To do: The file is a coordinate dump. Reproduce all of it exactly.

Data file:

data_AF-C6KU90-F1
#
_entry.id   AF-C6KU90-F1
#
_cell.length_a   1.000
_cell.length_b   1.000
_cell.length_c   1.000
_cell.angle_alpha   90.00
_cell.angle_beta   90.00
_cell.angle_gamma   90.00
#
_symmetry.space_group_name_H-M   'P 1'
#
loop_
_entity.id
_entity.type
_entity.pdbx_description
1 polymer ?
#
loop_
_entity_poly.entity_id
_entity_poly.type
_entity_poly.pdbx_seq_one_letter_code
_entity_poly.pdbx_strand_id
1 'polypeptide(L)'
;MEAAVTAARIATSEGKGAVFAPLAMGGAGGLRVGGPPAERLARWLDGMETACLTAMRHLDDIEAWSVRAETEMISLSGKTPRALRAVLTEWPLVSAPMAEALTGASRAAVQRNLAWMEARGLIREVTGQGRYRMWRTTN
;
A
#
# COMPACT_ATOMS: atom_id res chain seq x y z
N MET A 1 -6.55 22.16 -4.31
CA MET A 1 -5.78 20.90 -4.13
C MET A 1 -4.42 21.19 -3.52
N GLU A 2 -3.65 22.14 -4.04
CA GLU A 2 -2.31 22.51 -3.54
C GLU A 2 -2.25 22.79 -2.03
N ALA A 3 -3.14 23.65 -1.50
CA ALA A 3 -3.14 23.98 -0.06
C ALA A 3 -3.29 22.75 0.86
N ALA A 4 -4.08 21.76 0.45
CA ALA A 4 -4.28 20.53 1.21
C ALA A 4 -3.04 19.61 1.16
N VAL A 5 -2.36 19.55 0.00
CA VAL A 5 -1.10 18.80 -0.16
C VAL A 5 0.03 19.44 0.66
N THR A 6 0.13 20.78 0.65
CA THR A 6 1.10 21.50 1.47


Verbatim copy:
data_AF-C6KU90-F1
#
_entry.id   AF-C6KU90-F1
#
_cell.length_a   1.000
_cell.length_b   1.000
_cell.length_c   1.000
_cell.angle_alpha   90.00
_cell.angle_beta   90.00
_cell.angle_gamma   90.00
#
_symmetry.space_group_name_H-M   'P 1'
#
loop_
_entity.id
_entity.type
_entity.pdbx_description
1 polymer ?
#
loop_
_entity_poly.entity_id
_entity_poly.type
_entity_poly.pdbx_seq_one_letter_code
_entity_poly.pdbx_strand_id
1 'polypeptide(L)'
;MEAAVTAARIATSEGKGAVFAPLAMGGAGGLRVGGPPAERLARWLDGMETACLTAMRHLDDIEAWSVRAETEMISLSGKTPRALRAVLTEWPLVSAPMAEALTGASRAAVQRNLAWMEARGLIREVTGQGRYRMWRTTN
;
A
#
# COMPACT_ATOMS: atom_id res chain seq x y z
N MET A 1 -6.55 22.16 -4.31
CA MET A 1 -5.78 20.90 -4.13
C MET A 1 -4.42 21.19 -3.52
N GLU A 2 -3.65 22.14 -4.04
CA GLU A 2 -2.31 22.51 -3.54
C GLU A 2 -2.25 22.79 -2.03
N ALA A 3 -3.14 23.65 -1.50
CA ALA A 3 -3.14 23.98 -0.06
C ALA A 3 -3.29 22.75 0.86
N ALA A 4 -4.08 21.76 0.45
CA ALA A 4 -4.28 20.53 1.21
C ALA A 4 -3.04 19.61 1.16
N VAL A 5 -2.36 19.55 0.00
CA VAL A 5 -1.10 18.80 -0.16
C VAL A 5 0.03 19.44 0.66
N THR A 6 0.13 20.78 0.65
CA THR A 6 1.10 21.50 1.47